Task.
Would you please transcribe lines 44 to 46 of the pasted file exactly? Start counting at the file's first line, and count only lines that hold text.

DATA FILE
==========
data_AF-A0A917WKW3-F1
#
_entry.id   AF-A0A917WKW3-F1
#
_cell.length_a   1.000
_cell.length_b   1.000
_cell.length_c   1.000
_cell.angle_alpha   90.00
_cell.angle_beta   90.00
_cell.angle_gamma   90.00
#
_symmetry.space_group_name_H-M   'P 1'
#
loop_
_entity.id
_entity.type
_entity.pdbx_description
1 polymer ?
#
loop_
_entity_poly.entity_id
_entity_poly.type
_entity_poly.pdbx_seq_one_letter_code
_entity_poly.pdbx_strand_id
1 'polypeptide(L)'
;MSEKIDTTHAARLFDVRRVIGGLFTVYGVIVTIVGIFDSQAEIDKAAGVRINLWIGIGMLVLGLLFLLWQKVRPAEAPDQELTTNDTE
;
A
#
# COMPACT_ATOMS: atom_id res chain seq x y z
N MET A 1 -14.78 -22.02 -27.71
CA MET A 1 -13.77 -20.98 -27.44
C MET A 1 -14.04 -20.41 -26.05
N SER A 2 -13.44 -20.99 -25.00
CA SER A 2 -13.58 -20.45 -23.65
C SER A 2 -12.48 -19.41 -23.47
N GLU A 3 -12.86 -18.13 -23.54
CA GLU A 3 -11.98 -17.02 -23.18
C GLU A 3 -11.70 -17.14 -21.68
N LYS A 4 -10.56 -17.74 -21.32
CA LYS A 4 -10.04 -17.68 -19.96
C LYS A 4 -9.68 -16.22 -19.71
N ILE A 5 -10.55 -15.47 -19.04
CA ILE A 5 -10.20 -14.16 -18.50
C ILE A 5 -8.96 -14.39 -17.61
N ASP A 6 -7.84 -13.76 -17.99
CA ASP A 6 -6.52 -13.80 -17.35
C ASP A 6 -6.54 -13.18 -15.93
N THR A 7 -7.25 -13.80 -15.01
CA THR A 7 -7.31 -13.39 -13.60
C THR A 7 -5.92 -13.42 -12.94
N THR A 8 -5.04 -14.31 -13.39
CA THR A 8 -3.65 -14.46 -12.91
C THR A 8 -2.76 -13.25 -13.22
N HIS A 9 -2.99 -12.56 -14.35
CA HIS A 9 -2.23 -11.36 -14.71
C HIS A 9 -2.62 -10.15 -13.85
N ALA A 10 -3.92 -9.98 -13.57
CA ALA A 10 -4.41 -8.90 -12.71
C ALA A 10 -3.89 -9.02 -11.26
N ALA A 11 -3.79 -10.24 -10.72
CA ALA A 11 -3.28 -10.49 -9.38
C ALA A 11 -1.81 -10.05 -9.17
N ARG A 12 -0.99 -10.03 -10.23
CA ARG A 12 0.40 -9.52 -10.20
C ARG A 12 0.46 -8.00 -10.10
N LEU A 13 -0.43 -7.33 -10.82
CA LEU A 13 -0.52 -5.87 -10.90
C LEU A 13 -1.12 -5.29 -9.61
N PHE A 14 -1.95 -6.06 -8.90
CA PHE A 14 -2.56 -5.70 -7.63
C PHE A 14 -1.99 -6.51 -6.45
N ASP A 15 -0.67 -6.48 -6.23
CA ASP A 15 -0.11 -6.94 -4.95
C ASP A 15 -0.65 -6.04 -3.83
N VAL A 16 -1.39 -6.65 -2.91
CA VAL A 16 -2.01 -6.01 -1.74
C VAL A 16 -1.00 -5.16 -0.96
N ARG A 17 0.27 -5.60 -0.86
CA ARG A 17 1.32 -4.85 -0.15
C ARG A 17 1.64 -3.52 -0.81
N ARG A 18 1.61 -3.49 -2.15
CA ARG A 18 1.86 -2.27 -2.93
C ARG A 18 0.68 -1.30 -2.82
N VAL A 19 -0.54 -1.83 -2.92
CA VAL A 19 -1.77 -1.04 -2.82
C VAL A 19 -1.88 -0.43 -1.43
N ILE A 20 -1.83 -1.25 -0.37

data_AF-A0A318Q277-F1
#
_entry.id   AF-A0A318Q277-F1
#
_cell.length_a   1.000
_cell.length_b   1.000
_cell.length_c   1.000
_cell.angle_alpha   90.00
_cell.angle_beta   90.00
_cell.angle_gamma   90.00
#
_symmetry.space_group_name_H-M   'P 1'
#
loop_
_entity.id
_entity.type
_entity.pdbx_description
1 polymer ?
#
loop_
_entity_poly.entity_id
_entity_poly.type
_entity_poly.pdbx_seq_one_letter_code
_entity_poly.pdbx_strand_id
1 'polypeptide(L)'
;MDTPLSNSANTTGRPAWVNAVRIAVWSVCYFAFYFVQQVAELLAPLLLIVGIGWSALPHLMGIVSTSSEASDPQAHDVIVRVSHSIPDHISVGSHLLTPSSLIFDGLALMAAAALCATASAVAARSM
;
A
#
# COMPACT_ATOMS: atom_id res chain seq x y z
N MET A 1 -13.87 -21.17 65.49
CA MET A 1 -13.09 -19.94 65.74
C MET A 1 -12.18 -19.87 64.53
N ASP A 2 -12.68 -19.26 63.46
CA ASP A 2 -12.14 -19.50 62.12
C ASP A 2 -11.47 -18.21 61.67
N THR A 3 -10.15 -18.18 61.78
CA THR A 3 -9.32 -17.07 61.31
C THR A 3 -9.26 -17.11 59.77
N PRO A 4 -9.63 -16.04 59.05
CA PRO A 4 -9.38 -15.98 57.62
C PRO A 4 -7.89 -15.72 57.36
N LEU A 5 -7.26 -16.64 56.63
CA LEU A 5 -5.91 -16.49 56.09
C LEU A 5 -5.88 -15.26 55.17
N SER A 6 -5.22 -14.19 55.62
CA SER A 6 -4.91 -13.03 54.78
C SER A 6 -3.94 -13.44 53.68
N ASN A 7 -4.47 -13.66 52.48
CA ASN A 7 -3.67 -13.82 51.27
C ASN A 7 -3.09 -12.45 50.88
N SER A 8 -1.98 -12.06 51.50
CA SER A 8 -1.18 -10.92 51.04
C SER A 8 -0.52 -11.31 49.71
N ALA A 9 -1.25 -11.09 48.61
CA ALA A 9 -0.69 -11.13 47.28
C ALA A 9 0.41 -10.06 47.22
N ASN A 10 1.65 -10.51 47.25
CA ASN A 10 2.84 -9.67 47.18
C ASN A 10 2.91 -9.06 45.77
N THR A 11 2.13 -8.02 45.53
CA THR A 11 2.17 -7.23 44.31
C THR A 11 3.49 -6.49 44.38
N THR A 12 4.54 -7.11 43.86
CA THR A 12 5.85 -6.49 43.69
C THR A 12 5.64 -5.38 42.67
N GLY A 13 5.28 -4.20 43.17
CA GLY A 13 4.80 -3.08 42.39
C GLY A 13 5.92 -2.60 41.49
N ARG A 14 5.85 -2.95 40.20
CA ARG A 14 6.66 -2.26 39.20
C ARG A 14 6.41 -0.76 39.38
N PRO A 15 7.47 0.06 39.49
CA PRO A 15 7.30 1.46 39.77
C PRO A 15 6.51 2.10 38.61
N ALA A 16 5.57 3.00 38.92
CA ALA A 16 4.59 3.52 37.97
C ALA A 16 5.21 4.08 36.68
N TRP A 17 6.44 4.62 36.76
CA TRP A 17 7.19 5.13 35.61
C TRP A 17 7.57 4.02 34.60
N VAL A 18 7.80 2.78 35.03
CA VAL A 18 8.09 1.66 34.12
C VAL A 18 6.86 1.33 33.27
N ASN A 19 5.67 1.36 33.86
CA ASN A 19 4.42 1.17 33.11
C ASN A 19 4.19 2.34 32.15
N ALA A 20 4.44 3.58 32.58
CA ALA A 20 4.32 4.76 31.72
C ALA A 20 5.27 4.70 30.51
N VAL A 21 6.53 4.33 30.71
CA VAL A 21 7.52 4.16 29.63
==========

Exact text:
CA ILE A 5 -10.20 -14.16 -18.50
C ILE A 5 -8.96 -14.39 -17.61
N ASP A 6 -7.84 -13.76 -17.99